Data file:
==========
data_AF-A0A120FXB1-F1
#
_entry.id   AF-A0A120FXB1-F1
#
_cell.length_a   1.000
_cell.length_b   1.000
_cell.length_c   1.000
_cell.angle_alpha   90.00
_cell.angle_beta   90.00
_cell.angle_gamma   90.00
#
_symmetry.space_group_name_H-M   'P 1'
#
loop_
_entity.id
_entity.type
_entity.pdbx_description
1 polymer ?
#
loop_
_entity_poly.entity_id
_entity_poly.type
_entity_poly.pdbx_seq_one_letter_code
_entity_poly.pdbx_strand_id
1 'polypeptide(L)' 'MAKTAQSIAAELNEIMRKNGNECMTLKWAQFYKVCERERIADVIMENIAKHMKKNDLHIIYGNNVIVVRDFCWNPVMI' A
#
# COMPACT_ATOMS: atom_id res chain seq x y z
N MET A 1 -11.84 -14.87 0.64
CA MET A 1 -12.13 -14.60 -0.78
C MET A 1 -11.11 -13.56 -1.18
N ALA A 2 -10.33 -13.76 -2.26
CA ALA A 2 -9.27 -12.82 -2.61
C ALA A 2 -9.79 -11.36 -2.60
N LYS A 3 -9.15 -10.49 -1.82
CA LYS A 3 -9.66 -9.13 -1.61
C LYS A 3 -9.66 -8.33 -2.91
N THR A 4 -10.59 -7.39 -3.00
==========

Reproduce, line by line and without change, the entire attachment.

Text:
data_AF-A0A120FXB1-F1
#
_entry.id   AF-A0A120FXB1-F1
#
_cell.length_a   1.000
_cell.length_b   1.000
_cell.length_c   1.000
_cell.angle_alpha   90.00
_cell.angle_beta   90.00
_cell.angle_gamma   90.00
#
_symmetry.space_group_name_H-M   'P 1'
#
loop_
_entity.id
_entity.type
_entity.pdbx_description
1 polymer ?
#
loop_
_entity_poly.entity_id
_entity_poly.type
_entity_poly.pdbx_seq_one_letter_code
_entity_poly.pdbx_strand_id
1 'polypeptide(L)' 'MAKTAQSIAAELNEIMRKNGNECMTLKWAQFYKVCERERIADVIMENIAKHMKKNDLHIIYGNNVIVVRDFCWNPVMI' A
#
# COMPACT_ATOMS: atom_id res chain seq x y z
N MET A 1 -11.84 -14.87 0.64
CA MET A 1 -12.13 -14.60 -0.78
C MET A 1 -11.11 -13.56 -1.18
N ALA A 2 -10.33 -13.76 -2.26
CA ALA A 2 -9.27 -12.82 -2.61
C ALA A 2 -9.79 -11.36 -2.60
N LYS A 3 -9.15 -10.49 -1.82
CA LYS A 3 -9.66 -9.13 -1.61
C LYS A 3 -9.66 -8.33 -2.91
N THR A 4 -10.59 -7.39 -3.00